Wednesday, 23 January 2013


I've been thinking it over, and I have decided I have nothing nice to say about Lance Armstrong. I once believed his story; the one about coming back from cancer and winning the tour. It is a true story, after all. But facts, alas, remain boring facts and say nothing about we should what to do with the information.

For instance, if I told you someone died, this would not in itself a shock, for we all know people die every day. More information is needed. How old were they? Did they have heart trouble or inoperable cancer? If I told you they were murdered, this would now grab your attention. If I said they were someone I knew, this would certainly lead to a lot of questions, and would certainly result in you stopping in your footsteps. Therefore details matter.

If I told you I won a bike race, then I'd be congratulated. If I told you I won it by using a car, or a shortcut, against toddlers, or there was no finish line, this new information would eliminate all respect for my story. More specifically, you'd be correct in stating I was not even in the bike race if I was driving. Such a simple and obvious fault. Likewise if a race takes place over a circuit (as in running or skiing), cutting a shortcut for yourself is not only frowned upon, if discovered leads to an absolute disqualification. There is no mention of your racing time, no mention of how fast you went before you cut around the course. No, just a DSQ listed beside your name.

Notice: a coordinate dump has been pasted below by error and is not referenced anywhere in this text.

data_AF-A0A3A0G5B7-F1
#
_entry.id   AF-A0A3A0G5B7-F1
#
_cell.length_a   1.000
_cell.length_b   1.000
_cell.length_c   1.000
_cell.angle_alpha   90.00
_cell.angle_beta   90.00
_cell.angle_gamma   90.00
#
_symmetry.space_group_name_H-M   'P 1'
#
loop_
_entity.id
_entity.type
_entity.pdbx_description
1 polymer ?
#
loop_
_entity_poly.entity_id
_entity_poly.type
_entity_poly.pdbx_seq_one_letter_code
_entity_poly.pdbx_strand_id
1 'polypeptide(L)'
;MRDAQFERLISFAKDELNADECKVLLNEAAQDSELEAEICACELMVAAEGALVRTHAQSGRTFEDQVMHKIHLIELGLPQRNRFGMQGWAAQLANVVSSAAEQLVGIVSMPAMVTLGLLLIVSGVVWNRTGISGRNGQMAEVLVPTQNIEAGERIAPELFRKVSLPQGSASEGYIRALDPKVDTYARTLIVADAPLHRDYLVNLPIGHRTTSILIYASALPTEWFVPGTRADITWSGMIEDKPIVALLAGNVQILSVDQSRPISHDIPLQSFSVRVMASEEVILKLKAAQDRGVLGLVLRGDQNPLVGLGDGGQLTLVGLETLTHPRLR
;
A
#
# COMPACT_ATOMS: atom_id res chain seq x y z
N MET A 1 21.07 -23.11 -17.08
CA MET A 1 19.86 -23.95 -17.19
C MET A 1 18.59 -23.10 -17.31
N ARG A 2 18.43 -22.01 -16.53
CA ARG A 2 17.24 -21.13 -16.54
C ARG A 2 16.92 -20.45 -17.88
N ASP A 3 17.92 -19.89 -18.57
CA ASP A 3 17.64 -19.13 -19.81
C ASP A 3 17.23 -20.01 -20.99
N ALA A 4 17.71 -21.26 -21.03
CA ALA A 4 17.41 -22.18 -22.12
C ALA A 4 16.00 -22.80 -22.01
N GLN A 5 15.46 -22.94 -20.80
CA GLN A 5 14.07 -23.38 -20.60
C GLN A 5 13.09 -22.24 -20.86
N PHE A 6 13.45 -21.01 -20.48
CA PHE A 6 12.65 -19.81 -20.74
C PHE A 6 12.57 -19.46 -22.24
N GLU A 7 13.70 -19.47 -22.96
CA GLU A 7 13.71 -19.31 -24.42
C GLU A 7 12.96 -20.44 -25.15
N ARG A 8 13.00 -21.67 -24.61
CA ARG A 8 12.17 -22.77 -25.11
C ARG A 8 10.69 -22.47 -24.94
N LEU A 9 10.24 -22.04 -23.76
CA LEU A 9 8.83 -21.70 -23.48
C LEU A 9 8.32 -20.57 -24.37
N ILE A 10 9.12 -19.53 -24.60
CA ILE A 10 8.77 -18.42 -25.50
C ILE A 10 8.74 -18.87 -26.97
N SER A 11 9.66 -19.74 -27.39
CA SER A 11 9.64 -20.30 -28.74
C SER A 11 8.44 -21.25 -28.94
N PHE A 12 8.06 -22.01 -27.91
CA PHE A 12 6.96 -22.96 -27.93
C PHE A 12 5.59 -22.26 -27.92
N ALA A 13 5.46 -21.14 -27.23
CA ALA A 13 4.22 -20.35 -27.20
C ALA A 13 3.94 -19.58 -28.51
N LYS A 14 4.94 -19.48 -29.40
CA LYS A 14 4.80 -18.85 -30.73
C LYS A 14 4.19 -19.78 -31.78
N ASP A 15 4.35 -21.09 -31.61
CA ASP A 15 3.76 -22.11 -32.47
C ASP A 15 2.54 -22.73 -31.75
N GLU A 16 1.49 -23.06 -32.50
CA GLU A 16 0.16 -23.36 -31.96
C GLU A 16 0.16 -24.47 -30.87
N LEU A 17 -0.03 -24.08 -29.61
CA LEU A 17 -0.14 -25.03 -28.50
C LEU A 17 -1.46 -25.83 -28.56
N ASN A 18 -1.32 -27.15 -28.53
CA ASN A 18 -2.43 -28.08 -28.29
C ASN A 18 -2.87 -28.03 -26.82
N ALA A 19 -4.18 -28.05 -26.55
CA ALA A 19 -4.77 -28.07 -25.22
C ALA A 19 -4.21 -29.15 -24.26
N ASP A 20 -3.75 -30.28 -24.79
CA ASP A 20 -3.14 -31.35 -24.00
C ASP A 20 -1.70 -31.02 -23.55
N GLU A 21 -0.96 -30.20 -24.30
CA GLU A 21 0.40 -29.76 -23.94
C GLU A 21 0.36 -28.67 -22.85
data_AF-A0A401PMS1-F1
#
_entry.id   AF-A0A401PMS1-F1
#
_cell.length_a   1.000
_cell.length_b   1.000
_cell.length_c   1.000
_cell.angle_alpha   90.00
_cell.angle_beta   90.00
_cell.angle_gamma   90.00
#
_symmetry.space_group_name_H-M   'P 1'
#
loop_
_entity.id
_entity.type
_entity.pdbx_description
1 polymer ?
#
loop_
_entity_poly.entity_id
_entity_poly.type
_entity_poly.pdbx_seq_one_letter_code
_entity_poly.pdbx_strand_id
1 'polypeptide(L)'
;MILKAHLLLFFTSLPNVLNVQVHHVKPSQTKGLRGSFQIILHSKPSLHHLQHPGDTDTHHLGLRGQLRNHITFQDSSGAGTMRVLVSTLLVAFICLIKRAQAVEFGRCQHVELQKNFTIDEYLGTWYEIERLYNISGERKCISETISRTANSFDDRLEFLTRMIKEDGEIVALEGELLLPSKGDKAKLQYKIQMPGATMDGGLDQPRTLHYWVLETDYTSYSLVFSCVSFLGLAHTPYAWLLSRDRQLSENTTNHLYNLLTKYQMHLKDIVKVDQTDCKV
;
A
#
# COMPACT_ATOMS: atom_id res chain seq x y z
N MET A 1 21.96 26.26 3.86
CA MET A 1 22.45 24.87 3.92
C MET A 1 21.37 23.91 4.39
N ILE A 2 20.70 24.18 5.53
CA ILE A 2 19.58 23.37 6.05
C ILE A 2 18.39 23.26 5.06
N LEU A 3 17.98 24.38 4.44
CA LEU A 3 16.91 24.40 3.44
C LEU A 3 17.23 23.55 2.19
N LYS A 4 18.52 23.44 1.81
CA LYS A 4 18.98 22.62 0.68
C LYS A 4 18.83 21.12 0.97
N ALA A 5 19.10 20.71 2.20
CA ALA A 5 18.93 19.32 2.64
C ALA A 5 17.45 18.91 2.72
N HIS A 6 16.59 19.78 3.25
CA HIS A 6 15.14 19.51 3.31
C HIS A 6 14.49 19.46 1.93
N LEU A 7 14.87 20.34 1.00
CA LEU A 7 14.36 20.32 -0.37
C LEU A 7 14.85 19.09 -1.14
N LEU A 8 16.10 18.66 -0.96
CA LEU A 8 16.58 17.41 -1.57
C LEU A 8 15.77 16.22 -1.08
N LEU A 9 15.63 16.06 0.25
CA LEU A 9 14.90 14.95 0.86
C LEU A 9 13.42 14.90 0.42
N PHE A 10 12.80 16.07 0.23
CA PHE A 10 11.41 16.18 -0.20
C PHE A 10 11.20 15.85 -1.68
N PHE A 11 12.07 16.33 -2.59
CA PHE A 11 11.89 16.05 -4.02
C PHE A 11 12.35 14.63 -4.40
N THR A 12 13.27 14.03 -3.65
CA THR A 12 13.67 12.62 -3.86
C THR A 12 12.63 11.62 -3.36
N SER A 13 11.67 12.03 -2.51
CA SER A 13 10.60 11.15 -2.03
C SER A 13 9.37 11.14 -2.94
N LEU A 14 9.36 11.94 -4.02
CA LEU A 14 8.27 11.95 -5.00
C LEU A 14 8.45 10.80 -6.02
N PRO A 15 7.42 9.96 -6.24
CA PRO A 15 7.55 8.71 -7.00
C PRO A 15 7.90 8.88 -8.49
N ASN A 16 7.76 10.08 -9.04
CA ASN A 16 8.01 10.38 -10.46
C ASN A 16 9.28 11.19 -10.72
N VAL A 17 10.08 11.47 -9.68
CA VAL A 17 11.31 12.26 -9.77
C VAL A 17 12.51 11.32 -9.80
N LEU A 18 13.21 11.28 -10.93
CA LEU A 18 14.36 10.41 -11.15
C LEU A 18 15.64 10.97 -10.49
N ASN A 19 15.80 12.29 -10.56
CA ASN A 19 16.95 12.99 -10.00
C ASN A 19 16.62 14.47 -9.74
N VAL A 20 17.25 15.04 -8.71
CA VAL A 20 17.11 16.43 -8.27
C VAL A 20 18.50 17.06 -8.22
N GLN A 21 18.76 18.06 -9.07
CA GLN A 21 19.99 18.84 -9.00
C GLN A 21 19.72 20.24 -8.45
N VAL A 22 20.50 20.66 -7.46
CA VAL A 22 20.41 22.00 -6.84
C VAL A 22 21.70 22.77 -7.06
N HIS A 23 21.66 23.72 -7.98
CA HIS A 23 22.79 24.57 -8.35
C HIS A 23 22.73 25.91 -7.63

I got a DSQ once, in grade 10 in XC skiing. I was at OFSAA, and accidentally took a wrong turn thanks to a confused official, who thought I was not in the race, pointing for me to turn a sharp left. I obeyed, and ended up taking a longer -not shorter- route to the finish, another official noticed and had my name scratched. I was pretty sad finding out that I had not even been counted in the final results. Otherwise I had a decent race going on in me that day. But according to the strict rules, I had not followed procedure.